The original story can be read on Denver Business Journal, here.

Gov. Jared Polis has issued a statewide stay-at-home order, which goes into effect Thursday, March 26 through April 11.

Polis said this means the public needs to stay at home, only interacting with members of their household. Essential facilities will remain open, including both grocery stores and liquor stores and cannabis dispensaries. Restaurants will also be allowed to continue offering takeout and pickup orders. But Polis said nonessential stores, many of which have been closed for days now, will continue to stay closed across the state.

The governor said people can leave their home for the activities they need to live by. People can go out for obtaining food and groceries, go to and from work if they are considered an essential employee, seek medical care, and are allowed to leave home to care for dependents, including relatives and pets. People are also allowed to participate in outdoor recreation at a legally-mandated safe distance of 6 feet or more from other parties.

On March 26, the state exempted some additional critical businesses:

  • K-12 public and private schools for the purpose of providing meals, housing, providing materials for distance learning and providing other essential services to students
  • Postsecondary institutions, including private and public colleges and universities, for the purpose of facilitating distance learning or performing essential functions (provided that social distancing requirements are observed) such as security, medical and mental health service, housing, food service and critical research
  • Pastoral services for individuals who are in crisis or in-need of end-of-life services
  • Houses of worship may remain open, but must practice social distancing or use electronic platforms
  • Professional services, such legal, title companies or accounting services, real estate appraisals and transactions.

“All need to obey this public order,” Polis said. “The rule of law is the foundation of our society. This order is now the law, temporarily and under extreme circumstances and without any pleasure on my behalf for enacting it.”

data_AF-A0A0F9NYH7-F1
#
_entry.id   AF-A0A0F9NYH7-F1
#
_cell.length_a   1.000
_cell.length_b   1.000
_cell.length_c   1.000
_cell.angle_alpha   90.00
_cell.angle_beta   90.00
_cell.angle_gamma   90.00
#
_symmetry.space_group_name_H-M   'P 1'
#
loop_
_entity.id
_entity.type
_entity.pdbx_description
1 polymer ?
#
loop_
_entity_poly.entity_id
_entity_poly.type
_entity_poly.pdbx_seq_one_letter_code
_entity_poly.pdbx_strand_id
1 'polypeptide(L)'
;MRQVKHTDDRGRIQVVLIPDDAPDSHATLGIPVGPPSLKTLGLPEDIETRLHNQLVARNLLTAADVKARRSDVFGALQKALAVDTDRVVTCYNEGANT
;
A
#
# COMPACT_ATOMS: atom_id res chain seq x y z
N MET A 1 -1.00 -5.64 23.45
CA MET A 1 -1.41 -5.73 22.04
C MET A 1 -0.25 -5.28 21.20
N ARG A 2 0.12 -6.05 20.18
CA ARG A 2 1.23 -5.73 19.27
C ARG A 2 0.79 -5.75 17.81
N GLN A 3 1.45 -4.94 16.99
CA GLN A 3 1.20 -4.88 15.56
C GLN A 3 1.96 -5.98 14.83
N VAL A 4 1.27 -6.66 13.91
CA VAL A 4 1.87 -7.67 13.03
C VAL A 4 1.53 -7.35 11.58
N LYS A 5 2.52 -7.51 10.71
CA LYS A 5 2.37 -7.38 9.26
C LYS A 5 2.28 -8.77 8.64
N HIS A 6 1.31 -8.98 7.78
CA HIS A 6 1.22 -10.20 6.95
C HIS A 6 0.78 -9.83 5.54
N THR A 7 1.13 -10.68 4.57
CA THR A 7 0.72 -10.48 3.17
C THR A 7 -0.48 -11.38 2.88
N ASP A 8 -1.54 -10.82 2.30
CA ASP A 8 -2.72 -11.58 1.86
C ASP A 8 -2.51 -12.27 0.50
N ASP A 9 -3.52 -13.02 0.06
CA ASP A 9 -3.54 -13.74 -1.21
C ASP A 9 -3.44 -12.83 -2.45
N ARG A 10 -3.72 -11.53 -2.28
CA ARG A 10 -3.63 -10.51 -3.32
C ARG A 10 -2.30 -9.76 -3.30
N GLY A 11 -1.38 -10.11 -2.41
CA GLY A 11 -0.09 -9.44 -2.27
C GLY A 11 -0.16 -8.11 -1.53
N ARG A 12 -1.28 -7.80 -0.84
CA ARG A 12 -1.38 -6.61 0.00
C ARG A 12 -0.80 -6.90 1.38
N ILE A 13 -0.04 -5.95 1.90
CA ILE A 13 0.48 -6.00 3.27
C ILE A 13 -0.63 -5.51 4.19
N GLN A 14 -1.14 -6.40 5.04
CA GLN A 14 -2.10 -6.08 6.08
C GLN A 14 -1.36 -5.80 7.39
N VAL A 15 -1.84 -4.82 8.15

But when it comes to enforcement, Polis didn’t discuss how the state would crack down, but made an appeal that people do the right, just as people did the right during World War II.

“We’re asking you to do the right thing because it saves lives and because it’s the law of Colorado and that is to please stay at home.”

In addition to the stay-at-home order, the governor has also asked that President Donald Trump name Colorado a major disaster area. This opens the state for additional resources, when they are granted. That includes resources for medical care, housing, unemployment assistance, crisis counseling, hazard mitigation and more. California, Washington and New York have received these declarations.

The Governor also announced that the state lab has eliminated its backlog and there will be new labs coming online at the University of Colorado, Colorado State University, University Hospital and Children’s Hospital Colorado.

There are also two new members to the Innovation Response Team, the task force of private-sector leaders focused on innovation in testing, isolation compliance and other efforts to aid with the crisis. Lucy Sanders, CEO and co-founder of the National Center for Women & Information Technology, will head up Isolation Services. The objective of that is to provide people who are in self-isolation and quarantine with critical services like food and access to health care, as well as ancillary services to make the experience more comfortable. Tim Miller, chairman and CEO of Rally Software, will head the Software Development Team, the objective of which is to build applications and websites for the government and citizens to manage all aspects of the crisis and provide the state with key data.

“I am issuing the stay-at-home-order to save lives,” Polis said during the press conference. “It could be your aunt or uncle, parent or grandparent; it could be your own life that is saved by the strong actions we are taking now. And by the way, when we are talking about saving lives, we are not talking about one or two, we are talking about thousands of Coloradans’ lives, perhaps tens of thousands of Coloradan’s lives saved by the actions we are taking today.”

The state follows Denver and its surrounding counties, which also have issued stay-at-home orders.